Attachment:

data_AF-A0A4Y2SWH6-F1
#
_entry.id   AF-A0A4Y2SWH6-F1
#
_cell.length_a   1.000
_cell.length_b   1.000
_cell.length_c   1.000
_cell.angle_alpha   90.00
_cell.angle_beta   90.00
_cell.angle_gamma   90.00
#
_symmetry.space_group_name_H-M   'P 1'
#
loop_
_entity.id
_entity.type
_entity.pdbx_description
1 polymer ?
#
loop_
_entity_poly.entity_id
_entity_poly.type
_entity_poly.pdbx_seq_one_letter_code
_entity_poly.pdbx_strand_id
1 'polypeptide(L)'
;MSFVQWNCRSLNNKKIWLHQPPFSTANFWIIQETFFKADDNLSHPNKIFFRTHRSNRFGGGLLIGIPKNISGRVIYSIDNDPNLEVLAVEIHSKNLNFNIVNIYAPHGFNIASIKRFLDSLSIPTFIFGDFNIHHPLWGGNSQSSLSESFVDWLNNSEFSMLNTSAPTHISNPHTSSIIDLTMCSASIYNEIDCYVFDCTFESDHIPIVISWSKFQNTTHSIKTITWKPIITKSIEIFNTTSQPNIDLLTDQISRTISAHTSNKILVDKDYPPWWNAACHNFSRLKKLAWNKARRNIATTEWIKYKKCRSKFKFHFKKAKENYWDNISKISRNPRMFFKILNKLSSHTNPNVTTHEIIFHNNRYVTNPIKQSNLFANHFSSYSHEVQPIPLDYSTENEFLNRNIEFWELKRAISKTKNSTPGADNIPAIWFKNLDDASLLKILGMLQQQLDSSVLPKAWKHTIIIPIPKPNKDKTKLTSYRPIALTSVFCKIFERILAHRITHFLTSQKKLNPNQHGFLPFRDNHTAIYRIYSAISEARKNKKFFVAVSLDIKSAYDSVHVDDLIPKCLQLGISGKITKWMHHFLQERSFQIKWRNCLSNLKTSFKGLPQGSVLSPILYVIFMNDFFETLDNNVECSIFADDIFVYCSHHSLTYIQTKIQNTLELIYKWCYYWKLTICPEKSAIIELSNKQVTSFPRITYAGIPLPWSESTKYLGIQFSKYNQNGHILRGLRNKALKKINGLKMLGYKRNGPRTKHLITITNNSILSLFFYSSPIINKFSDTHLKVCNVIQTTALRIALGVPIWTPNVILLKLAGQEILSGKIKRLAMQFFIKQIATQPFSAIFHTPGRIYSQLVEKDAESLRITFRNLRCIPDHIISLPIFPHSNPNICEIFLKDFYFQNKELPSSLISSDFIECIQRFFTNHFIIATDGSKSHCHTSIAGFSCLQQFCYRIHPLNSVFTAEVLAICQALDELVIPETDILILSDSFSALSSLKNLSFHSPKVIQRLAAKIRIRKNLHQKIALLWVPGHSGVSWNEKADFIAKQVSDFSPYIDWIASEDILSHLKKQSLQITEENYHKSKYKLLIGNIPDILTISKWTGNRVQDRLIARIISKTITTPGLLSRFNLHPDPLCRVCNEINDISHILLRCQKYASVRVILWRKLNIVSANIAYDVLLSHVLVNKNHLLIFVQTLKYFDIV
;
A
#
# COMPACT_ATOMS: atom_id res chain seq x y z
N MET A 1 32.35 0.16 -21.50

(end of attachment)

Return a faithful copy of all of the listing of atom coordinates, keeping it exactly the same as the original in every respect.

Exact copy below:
data_AF-A0A4Y2SWH6-F1
#
_entry.id   AF-A0A4Y2SWH6-F1
#
_cell.length_a   1.000
_cell.length_b   1.000
_cell.length_c   1.000
_cell.angle_alpha   90.00
_cell.angle_beta   90.00
_cell.angle_gamma   90.00
#
_symmetry.space_group_name_H-M   'P 1'
#
loop_
_entity.id
_entity.type
_entity.pdbx_description
1 polymer ?
#
loop_
_entity_poly.entity_id
_entity_poly.type
_entity_poly.pdbx_seq_one_letter_code
_entity_poly.pdbx_strand_id
1 'polypeptide(L)'
;MSFVQWNCRSLNNKKIWLHQPPFSTANFWIIQETFFKADDNLSHPNKIFFRTHRSNRFGGGLLIGIPKNISGRVIYSIDNDPNLEVLAVEIHSKNLNFNIVNIYAPHGFNIASIKRFLDSLSIPTFIFGDFNIHHPLWGGNSQSSLSESFVDWLNNSEFSMLNTSAPTHISNPHTSSIIDLTMCSASIYNEIDCYVFDCTFESDHIPIVISWSKFQNTTHSIKTITWKPIITKSIEIFNTTSQPNIDLLTDQISRTISAHTSNKILVDKDYPPWWNAACHNFSRLKKLAWNKARRNIATTEWIKYKKCRSKFKFHFKKAKENYWDNISKISRNPRMFFKILNKLSSHTNPNVTTHEIIFHNNRYVTNPIKQSNLFANHFSSYSHEVQPIPLDYSTENEFLNRNIEFWELKRAISKTKNSTPGADNIPAIWFKNLDDASLLKILGMLQQQLDSSVLPKAWKHTIIIPIPKPNKDKTKLTSYRPIALTSVFCKIFERILAHRITHFLTSQKKLNPNQHGFLPFRDNHTAIYRIYSAISEARKNKKFFVAVSLDIKSAYDSVHVDDLIPKCLQLGISGKITKWMHHFLQERSFQIKWRNCLSNLKTSFKGLPQGSVLSPILYVIFMNDFFETLDNNVECSIFADDIFVYCSHHSLTYIQTKIQNTLELIYKWCYYWKLTICPEKSAIIELSNKQVTSFPRITYAGIPLPWSESTKYLGIQFSKYNQNGHILRGLRNKALKKINGLKMLGYKRNGPRTKHLITITNNSILSLFFYSSPIINKFSDTHLKVCNVIQTTALRIALGVPIWTPNVILLKLAGQEILSGKIKRLAMQFFIKQIATQPFSAIFHTPGRIYSQLVEKDAESLRITFRNLRCIPDHIISLPIFPHSNPNICEIFLKDFYFQNKELPSSLISSDFIECIQRFFTNHFIIATDGSKSHCHTSIAGFSCLQQFCYRIHPLNSVFTAEVLAICQALDELVIPETDILILSDSFSALSSLKNLSFHSPKVIQRLAAKIRIRKNLHQKIALLWVPGHSGVSWNEKADFIAKQVSDFSPYIDWIASEDILSHLKKQSLQITEENYHKSKYKLLIGNIPDILTISKWTGNRVQDRLIARIISKTITTPGLLSRFNLHPDPLCRVCNEINDISHILLRCQKYASVRVILWRKLNIVSANIAYDVLLSHVLVNKNHLLIFVQTLKYFDIV
;
A
#
# COMPACT_ATOMS: atom_id res chain seq x y z
N MET A 1 32.35 0.16 -21.50